This is going to be a bit odd, but I want to walk the reader through a recent CNN story, sharing my reactions along the way. The "news" item in question: "Homeowner offers house and her 'love' for sale." It deals with this craigslist ad. By the end of this post, we will have learned some important lessons, such as that there are much less dignified alternatives to eHarmony or staying home and masturbating to Adrien Brody movies.

She's tried nightclubs and online dating sites, but now a 42-year-old single mother is looking for love where everyone else's heart is breaking: the real estate market. After a year of trying to sell her four-bedroom home and eight years of singledom, Deven Trabosh is offering her South Florida home and a shot at marrying her on the Internet.

I don't see what could go wrong with this premise.

"I figured, let's combine the ad, because I'm looking for love and I'm looking to sell the house," said Trabosh, a Barbie-esque blonde who teeters around the nearly 2,000-square-foot house in patent leather heels.

"Barbie-esque blonde who teeters around the house in patent leather heels." Mister, you just made a sale. Where do I sign?

"Marry a Princess Lost in America," Trabosh wrote in the ads she posted on eBay and Craigslist last week.

Interested in learning more about her noble birth, I did some research and found out that she is the eldest daughter of King Leathery II of the Land of Sadness. She is indeed next in line for the throne and therefore not misrepresenting herself as a Princess. Carry on.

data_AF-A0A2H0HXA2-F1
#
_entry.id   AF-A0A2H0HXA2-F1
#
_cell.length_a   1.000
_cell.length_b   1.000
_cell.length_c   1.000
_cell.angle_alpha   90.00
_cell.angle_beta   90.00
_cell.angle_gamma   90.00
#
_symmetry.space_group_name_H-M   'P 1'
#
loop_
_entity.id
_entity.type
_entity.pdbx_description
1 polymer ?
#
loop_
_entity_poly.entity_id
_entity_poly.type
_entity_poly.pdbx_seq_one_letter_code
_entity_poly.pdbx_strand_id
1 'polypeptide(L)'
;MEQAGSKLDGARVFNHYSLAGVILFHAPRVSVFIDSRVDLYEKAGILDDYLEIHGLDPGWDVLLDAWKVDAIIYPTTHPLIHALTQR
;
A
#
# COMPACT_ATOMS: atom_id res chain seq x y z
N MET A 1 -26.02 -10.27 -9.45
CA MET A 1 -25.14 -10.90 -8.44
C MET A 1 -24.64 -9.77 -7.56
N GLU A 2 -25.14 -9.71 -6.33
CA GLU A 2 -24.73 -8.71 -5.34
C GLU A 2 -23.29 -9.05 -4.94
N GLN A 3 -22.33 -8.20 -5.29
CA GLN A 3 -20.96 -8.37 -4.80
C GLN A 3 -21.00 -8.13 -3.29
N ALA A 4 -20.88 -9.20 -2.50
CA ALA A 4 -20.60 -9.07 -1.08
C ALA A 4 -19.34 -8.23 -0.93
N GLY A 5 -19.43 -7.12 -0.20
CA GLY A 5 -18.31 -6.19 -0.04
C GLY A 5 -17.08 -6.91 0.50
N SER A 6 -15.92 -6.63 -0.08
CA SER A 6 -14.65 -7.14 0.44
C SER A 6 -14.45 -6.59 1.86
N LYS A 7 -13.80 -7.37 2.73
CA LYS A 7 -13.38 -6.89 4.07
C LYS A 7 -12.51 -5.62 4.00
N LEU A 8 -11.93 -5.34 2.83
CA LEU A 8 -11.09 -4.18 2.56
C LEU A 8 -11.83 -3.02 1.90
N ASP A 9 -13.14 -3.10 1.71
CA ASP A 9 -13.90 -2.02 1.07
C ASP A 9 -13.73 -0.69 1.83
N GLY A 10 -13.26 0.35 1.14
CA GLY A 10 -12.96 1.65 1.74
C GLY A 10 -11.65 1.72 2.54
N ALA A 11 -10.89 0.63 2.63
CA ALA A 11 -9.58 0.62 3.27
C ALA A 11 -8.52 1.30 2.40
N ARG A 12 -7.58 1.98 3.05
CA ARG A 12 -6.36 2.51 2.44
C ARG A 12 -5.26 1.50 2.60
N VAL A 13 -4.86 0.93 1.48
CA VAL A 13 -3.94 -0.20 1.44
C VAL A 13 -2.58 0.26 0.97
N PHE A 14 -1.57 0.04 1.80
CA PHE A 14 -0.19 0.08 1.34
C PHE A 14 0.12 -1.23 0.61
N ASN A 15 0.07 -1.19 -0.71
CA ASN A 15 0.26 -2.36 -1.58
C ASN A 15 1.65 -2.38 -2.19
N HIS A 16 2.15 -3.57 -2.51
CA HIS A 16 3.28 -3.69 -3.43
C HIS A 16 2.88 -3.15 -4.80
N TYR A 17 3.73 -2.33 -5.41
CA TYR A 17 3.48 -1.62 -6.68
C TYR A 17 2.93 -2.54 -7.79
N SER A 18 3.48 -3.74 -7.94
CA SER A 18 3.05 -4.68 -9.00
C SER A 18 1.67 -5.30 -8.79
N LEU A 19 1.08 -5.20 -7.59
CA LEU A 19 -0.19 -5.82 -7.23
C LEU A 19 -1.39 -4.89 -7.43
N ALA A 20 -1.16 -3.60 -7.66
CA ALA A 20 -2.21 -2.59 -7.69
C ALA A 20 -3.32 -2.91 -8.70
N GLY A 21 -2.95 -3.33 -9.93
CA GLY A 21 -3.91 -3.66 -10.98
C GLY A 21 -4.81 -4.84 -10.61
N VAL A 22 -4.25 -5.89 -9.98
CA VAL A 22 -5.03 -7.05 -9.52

Trabosh, a licensed real estate agent who hasn't practiced in years, knew that she would struggle to sell the home in the troubled real estate market but insists that her fairy-tale ad isn't just a sales gimmick.

Hmm, she hasn't worked in years. So this is apparently a very straightforward and ancient transaction: a financial Knight in Shining Armor agrees to rescue her in exchange for 6-8 years of dry, unenthusiastic fellatio. But hey, if you're a millionaire with a lifelong dream of fucking a woman who looks like a catcher's mitt, this is your chance!

"I'm struggling. … I don't want to lose my house, and I want to find somebody,"…"So I came up with this dream plan, because I've always dreamed about being a fairy-tale princess."

"Did I mention yet that my home is going to be foreclosed? Yeah, that's kinda relevant I guess. I also have a stunningly misguided conception of what being a Fairy Tale Princess entails. The only Fairy Tales my parents read to me were the screenplays to Pretty Woman and Hard Anal Sluts #19: There Will Be Sluts."

She listed the home for $340,000 on a sell-it-yourself Web site but upped the price, adding a $500,000 shipping fee to include her companionship on eBay.

I missed the part where this is not straightforward prostitution.

Trabosh says eBay removed her ad, though she planned to change the wording and repost it.

I wonder why eBay doesn't want to go down the path of allowing people to sell "companionship." I'm pretty sure it is because the prohibition against prostitution is the last remaining difference between eBay and the darkened alley behind a Laotian pai gow parlor at 3:30 AM on Saturday morning.

Trabosh hasn't received any serious offers but says she's had nearly 500 responses, mostly positive, including one from Ottie of Surrey, England, who e-mailed to say, "You are offering the perfect life with the perfect American princess."

"I can tell from your 100-word Craigslist ad. Also, I've never spoken to a woman without having to give my credit card number first."